A Monmouth County Business Attorney Discusses the Effects
The United States Senate recently passed historic legislation that would prohibit discrimination against gay, bisexual and transgender individuals in the workplace. Currently, the bill is not yet a law because the House has not voted whether to approve this legislation. However, if the House votes in favor of the law, it will create a significant change in employment laws across the country.
A Major Change in Employee Rights
If passed, the Employment Non-Discrimination Act (ENDA) would prohibit employers from using a person’s sexual orientation or gender identity as a basis for all employment decisions, which includes pay rates, hiring, promotion and termination. Religious organizations and the military are exempt from the Act, although the military has already enacted similar protections for gay individuals under a different law.
The bill has numerous supporters in both the House and Senate. One senator in favor of ENDA noted that the new legislation completes a “trilogy” of historic laws protecting the rights of American laborers, alongside the Civil Rights Act of 1964 and the Americans with Disabilities Act of 1990. Another senator called the passing of the bill a “tremendous milestone.”
If ENDA fails, some advocates have stated that they will call on the president to issue an executive order barring discrimination against gay, bisexual and transgender workers.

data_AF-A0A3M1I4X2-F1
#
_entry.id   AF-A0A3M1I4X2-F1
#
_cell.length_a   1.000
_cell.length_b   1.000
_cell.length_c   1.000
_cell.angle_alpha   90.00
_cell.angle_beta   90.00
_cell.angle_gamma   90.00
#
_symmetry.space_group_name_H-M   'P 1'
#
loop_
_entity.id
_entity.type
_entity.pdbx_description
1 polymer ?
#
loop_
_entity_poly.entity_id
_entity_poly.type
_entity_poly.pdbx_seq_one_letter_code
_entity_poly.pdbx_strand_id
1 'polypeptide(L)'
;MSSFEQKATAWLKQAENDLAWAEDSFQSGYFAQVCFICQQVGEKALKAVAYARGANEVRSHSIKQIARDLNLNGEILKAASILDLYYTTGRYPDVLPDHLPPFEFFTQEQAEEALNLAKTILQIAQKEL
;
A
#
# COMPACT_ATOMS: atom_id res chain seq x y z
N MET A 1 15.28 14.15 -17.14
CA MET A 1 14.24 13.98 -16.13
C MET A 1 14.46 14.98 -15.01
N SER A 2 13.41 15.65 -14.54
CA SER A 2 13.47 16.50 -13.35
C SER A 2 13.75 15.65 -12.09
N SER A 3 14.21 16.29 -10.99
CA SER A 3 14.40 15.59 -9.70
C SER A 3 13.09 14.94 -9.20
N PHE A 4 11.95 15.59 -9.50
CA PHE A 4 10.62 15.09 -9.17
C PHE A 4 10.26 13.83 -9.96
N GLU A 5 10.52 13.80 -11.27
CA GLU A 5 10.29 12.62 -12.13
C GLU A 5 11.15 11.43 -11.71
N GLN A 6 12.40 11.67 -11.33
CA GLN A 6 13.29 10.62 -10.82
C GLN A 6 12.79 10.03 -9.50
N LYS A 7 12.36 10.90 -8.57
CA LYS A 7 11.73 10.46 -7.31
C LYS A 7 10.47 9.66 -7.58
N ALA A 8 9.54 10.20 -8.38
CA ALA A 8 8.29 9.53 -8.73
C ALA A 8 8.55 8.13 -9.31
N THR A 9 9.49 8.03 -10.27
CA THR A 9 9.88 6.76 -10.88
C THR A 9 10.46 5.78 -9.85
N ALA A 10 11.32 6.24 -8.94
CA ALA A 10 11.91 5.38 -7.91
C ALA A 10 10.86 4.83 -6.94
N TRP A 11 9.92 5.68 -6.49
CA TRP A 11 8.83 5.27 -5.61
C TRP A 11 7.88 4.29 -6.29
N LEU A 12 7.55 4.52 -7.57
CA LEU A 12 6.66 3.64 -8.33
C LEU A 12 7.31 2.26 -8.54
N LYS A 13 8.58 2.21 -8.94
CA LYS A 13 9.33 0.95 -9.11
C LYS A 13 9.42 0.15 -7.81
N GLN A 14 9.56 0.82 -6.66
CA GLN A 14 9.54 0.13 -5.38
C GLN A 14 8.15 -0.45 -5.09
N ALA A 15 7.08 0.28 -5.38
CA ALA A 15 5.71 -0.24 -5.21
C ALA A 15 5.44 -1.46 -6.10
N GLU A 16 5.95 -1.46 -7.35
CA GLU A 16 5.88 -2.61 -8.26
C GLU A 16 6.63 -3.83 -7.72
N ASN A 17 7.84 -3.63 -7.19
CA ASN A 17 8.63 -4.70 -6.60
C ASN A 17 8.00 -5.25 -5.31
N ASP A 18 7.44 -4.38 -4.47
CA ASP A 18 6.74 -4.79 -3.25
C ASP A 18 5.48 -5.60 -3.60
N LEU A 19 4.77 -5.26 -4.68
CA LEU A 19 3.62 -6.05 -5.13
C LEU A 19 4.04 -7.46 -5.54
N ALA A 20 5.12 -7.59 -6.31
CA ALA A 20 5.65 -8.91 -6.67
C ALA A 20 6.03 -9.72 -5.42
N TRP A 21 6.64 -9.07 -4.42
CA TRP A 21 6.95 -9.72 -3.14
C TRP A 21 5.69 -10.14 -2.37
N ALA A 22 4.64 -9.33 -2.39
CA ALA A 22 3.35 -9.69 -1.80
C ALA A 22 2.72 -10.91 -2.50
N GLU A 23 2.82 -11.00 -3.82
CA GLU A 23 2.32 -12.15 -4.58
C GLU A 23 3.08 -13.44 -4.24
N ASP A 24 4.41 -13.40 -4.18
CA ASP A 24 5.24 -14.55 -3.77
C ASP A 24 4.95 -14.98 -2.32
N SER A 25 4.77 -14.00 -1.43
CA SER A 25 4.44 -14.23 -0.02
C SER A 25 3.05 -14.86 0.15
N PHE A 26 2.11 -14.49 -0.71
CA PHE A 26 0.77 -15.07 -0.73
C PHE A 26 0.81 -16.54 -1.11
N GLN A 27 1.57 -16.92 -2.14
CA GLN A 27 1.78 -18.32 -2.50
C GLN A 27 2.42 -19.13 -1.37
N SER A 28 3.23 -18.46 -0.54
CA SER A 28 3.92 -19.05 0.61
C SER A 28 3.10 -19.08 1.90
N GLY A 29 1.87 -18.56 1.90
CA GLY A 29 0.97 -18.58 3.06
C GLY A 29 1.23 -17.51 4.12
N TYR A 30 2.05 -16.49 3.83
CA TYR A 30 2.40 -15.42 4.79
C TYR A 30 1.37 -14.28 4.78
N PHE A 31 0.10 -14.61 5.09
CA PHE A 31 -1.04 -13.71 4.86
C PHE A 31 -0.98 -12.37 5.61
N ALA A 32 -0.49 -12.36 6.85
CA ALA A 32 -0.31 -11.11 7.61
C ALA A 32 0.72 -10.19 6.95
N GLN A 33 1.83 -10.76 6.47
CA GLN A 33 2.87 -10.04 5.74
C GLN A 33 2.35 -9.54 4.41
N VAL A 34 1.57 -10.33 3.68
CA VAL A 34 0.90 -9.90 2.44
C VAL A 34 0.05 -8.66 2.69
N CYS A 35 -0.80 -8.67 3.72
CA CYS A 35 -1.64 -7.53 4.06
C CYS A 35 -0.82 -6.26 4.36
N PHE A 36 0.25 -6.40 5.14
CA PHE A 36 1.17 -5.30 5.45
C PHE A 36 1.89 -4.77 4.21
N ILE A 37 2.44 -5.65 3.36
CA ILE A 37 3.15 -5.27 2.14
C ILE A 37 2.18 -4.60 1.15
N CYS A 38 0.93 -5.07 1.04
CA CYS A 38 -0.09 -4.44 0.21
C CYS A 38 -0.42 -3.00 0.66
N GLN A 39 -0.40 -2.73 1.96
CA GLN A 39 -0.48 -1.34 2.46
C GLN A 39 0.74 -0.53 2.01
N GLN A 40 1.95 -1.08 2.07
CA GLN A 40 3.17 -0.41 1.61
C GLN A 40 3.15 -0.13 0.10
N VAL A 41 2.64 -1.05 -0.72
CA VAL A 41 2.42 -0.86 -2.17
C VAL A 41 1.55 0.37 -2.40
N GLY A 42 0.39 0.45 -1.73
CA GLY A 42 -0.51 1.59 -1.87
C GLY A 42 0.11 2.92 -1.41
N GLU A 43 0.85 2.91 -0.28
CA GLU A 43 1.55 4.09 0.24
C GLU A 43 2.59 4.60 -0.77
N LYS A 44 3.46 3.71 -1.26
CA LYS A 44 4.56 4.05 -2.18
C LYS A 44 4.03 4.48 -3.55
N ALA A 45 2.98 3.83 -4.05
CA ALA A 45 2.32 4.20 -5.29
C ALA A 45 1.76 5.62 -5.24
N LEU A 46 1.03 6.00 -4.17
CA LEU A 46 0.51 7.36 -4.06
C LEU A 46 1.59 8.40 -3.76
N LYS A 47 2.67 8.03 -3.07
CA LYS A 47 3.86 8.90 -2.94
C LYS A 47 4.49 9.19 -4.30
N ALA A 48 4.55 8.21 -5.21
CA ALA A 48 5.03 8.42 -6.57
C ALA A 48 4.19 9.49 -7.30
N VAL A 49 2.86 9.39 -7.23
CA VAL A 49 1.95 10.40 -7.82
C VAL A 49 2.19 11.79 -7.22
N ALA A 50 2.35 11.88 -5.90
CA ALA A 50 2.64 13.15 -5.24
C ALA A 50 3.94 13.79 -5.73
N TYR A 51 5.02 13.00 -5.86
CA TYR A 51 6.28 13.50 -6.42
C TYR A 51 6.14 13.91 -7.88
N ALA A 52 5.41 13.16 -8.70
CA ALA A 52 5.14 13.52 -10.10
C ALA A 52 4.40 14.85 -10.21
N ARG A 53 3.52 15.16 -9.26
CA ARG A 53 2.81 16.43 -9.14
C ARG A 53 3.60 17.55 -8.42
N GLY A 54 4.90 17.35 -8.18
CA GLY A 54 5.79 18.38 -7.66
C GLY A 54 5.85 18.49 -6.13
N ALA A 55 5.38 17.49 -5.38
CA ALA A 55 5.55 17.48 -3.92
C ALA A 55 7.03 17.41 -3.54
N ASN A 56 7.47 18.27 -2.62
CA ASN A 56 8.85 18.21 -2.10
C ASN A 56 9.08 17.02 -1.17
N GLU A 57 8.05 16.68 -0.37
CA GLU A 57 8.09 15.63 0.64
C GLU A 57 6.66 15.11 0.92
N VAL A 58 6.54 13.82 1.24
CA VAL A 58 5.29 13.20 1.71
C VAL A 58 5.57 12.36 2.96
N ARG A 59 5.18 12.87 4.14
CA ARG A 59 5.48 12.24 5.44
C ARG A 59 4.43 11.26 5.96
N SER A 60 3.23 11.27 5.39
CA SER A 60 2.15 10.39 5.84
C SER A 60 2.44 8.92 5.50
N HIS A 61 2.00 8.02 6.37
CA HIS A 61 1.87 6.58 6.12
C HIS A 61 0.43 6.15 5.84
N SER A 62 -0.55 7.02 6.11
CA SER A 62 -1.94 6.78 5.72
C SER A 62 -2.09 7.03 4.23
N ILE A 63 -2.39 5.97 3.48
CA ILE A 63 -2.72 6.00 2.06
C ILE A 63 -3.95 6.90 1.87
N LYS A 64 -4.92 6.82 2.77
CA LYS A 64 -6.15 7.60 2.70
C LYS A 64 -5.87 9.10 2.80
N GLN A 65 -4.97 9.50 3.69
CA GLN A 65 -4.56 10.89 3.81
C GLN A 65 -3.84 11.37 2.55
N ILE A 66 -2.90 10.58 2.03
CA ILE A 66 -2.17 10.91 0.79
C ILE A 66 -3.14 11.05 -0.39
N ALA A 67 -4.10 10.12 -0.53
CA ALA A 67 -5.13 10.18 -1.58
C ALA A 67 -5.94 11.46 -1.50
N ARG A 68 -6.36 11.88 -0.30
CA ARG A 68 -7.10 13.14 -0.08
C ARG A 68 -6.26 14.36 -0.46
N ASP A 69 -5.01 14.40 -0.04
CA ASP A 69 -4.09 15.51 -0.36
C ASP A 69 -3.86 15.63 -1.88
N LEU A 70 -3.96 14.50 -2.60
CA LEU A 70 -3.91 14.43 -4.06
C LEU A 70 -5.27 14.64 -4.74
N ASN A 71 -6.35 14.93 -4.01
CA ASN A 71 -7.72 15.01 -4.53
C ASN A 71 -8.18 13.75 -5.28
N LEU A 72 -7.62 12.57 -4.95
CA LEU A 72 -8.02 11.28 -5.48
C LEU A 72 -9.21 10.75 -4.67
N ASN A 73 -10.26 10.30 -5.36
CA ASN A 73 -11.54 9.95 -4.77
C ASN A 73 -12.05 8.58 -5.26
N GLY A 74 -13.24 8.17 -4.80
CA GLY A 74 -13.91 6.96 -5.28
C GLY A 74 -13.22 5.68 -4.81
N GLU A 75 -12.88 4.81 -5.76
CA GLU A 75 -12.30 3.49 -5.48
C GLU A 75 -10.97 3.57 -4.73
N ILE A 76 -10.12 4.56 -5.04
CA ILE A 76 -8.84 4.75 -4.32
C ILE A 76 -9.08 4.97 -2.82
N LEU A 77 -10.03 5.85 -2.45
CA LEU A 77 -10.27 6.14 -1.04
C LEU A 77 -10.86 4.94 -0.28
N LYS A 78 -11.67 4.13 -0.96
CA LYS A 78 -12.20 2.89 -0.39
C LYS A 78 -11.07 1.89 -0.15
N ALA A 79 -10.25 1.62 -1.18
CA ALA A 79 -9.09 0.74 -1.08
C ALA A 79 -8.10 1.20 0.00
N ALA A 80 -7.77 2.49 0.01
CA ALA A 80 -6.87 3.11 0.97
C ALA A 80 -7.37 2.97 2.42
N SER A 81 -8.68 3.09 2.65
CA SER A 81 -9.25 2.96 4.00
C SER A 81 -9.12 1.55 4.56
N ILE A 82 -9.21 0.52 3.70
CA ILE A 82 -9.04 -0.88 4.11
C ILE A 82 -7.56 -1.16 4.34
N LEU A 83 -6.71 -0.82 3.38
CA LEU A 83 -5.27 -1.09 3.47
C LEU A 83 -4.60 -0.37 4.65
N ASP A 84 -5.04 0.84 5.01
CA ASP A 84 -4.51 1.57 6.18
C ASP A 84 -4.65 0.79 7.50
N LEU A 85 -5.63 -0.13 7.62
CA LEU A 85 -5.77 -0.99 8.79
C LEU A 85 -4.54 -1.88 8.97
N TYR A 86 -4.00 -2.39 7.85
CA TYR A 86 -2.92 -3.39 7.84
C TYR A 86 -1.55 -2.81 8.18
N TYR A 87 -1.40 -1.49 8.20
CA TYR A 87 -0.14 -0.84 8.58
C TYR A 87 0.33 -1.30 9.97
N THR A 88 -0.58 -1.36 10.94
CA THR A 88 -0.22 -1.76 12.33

What Does ENDA Mean For Employees?
Presently, 23 states and territories, including the District of Columbia, have enacted laws prohibiting sexual orientation discrimination. Only 17 have laws prohibiting gender identity discrimination.
Any change in employment law or business law also means changes for companies and their employees. If ENDA becomes law, workers across the country will benefit from protection for their sexual orientation and gender identity. Gay, bisexual and transgender employees would have the ability to hold others legally accountable for discriminating against them in the workplace.
What You Can Do About Discrimination in Your Workplace
Although ENDA is not yet a law, there are still certain protections that all employees have under other federal regulations. If you have suffered any form of discrimination in the workplace, a lawyer can help you explore your legal options and rights. Our Monmouth County business attorneys represent employees who have suffered discrimination at work. If you have suffered harassment, termination or demotion on the basis of your gender identity or sexual orientation, we have the resources and experience necessary to hold employers accountable for their actions.
For a free consultation, contact our Monmouth County business lawyers by calling (732) 358-2028.